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Mega-Super Rock Stars

Get out the puffy shirt: Local ’80s favorite, the Rage, is reuniting at the Canal Club after 35 years.

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Back in the early ’80s, everyone thought an enormously popular Richmond trio named the Rage was headed to rock ’n’ roll stardom. The band’s catchy new wave hooks skimmed the cutting edge of pop music.

But things didn’t work out that way. After a trip to Los Angles, the three returned to Richmond without a record deal — but plenty of unintended seasoning.

Drummer Kahlil Jahi, formerly known as Jimi Gore, went on to play with the Good Guys. Bassist Peter Bell founded the band Ten Ten. And guitarist Ira Marlow left for New York.

Today, Jahi is a stage tech at the Joyce Theater in New York, Bell has been recovering from a long illness in southwestern Virginia, and Marlowe is playing music and running the Monkey House, a meeting and 50-seat performance space for musicians, stand-ups and storytellers, in San Francisco.

Style: What prompted this reunion?

Bell: We’re playing this show because it’s been 35 years already since we first jumped up on stage and began to change local music forever. Also, I need some money. I don’t know about the other guys.

How did the three of you originally meet?

Jahi: Ira Marlowe and I met at the old Open High School on, I don’t remember, Franklin Street? First day of school, I spot this guy crossing the street, wearing a faded, double-headed Bowie T-shirt and a Panasonic cassette recorder pressed to his head! I was like, “Who is this guy?” We hit it off quick-fast. I kind of knew of Peter Bell — we didn’t run in the same circles. It was only after Ira and I jammed for hours and hours, days and days, at his house on Shepard Street that I re-met Peter as the “bass player.”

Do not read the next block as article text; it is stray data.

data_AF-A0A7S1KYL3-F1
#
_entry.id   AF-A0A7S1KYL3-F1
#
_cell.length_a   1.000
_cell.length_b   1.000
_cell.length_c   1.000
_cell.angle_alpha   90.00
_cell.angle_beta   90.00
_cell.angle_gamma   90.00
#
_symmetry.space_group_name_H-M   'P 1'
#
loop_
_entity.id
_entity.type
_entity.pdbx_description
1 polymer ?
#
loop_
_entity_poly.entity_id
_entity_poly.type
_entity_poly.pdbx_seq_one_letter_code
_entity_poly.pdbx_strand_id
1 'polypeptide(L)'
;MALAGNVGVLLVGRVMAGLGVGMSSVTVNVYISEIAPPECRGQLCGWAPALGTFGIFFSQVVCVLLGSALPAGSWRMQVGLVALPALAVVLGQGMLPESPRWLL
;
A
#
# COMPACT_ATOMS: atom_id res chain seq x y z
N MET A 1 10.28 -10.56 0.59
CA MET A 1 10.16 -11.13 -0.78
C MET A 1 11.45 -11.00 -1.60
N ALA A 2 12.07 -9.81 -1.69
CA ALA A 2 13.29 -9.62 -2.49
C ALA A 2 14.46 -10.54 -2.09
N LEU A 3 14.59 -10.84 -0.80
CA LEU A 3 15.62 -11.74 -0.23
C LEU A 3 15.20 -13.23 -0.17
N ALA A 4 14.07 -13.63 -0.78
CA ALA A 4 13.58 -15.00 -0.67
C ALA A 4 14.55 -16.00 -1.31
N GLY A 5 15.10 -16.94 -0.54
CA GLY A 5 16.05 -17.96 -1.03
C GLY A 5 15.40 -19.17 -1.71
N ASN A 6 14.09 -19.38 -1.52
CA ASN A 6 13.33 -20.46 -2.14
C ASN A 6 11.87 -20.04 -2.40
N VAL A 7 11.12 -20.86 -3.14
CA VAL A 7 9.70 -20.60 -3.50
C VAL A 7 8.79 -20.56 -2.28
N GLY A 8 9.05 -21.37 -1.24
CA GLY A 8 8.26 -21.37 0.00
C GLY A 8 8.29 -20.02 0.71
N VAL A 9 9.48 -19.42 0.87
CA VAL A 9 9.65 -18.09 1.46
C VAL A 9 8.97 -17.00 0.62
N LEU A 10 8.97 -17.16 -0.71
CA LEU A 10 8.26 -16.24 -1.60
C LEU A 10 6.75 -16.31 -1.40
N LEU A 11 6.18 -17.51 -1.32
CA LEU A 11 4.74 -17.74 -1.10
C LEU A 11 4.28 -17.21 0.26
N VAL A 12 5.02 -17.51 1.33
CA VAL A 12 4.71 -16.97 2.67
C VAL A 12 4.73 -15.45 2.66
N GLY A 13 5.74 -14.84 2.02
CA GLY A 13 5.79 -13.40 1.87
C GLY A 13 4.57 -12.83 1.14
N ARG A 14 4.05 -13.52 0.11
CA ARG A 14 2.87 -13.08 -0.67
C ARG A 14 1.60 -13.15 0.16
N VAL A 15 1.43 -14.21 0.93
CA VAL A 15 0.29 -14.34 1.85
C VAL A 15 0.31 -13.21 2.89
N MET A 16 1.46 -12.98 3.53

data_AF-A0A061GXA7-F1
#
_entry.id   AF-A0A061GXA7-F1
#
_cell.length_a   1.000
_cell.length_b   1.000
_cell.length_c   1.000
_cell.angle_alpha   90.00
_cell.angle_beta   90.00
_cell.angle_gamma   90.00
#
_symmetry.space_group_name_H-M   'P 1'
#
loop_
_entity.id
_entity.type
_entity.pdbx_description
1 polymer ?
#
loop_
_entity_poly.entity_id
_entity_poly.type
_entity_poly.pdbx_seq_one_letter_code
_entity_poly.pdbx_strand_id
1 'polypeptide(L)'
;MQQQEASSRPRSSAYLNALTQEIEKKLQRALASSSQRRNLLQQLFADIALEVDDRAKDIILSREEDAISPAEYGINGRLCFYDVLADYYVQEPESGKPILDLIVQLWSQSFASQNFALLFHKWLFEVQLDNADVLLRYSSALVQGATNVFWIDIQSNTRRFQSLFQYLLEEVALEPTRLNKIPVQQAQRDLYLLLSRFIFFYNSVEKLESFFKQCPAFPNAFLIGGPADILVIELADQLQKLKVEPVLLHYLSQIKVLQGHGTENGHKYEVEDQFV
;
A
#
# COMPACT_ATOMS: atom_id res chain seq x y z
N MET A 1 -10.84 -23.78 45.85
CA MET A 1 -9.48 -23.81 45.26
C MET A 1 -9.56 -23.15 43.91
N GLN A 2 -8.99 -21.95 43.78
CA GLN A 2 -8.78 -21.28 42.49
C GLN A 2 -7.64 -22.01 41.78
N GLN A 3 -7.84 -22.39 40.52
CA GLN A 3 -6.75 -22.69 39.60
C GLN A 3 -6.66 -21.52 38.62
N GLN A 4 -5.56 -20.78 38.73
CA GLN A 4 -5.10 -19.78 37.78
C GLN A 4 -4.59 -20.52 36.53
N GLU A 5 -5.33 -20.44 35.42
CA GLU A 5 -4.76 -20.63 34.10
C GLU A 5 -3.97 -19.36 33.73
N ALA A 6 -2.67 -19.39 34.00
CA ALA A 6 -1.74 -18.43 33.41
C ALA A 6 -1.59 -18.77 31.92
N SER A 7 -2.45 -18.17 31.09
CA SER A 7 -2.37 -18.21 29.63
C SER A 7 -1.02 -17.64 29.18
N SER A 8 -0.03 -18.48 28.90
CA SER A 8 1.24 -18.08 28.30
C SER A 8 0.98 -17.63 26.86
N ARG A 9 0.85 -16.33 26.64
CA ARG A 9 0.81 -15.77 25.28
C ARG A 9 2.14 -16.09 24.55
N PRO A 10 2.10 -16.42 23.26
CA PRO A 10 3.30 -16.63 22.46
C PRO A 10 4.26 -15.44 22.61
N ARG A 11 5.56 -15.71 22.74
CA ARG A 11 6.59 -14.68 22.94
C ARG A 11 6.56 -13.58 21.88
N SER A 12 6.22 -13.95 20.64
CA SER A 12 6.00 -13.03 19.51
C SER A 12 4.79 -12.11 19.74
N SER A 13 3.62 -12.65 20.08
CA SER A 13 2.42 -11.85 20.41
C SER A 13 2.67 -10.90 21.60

Did you feel like total rock stars in Richmond?

Jahi: Yes! At that time, the big groups were Single Bullet Theory, Good Humor Band, Bruce Olsen and the Offenders. We were aiming to do one thing — put ourselves on the map and change the music scene. You couldn’t tell us nothing! We wanted to be headliners. Word quickly spread about the Rage and people started showing up at our gigs. Aimee Mann used to come see us just like everybody else. I remember we went to the Easter Parade on Monument Avenue. Man, people were following us and taking pictures of us walking down the street! It was a total trip.

Why did you guys pack up and move to L.A.?

Marlowe: We played a show at the Virginia Museum, and we met an English gentleman who told us we were the best young band he’d ever heard. He said we had to move to Los Angeles where he knew everyone. We were laughably naive and believed him. … It was a cool fiasco. There were at least two other bands in Los Angeles calling themselves the Rage — hideous impostors but they got there first.

Bell: I went personally so I could meet and go out on a date with Donna Summer — which didn’t end up happening, unfortunately. What did happen was my girlfriend, Candy, got pretty famous, and we worked on some nice loading docks, got mugged and had our truck and all our equipment stolen. We decided it was going to take us maybe too long to get famous in California, so we decided to come back to Richmond where we were already mega-famous and regroup. Surprisingly, we were considerably less famous when we got home.

I have to ask: What was the deal with the eyeliner?

Jahi: I’ll let Peter field that question.

Bell: I look better with eyeliner — just dark brown, not black. I’m too washed out-looking without it. S

The Rage performs on Friday, Nov. 28, at 8 p.m. at the Canal Club. thecanalclub.com.

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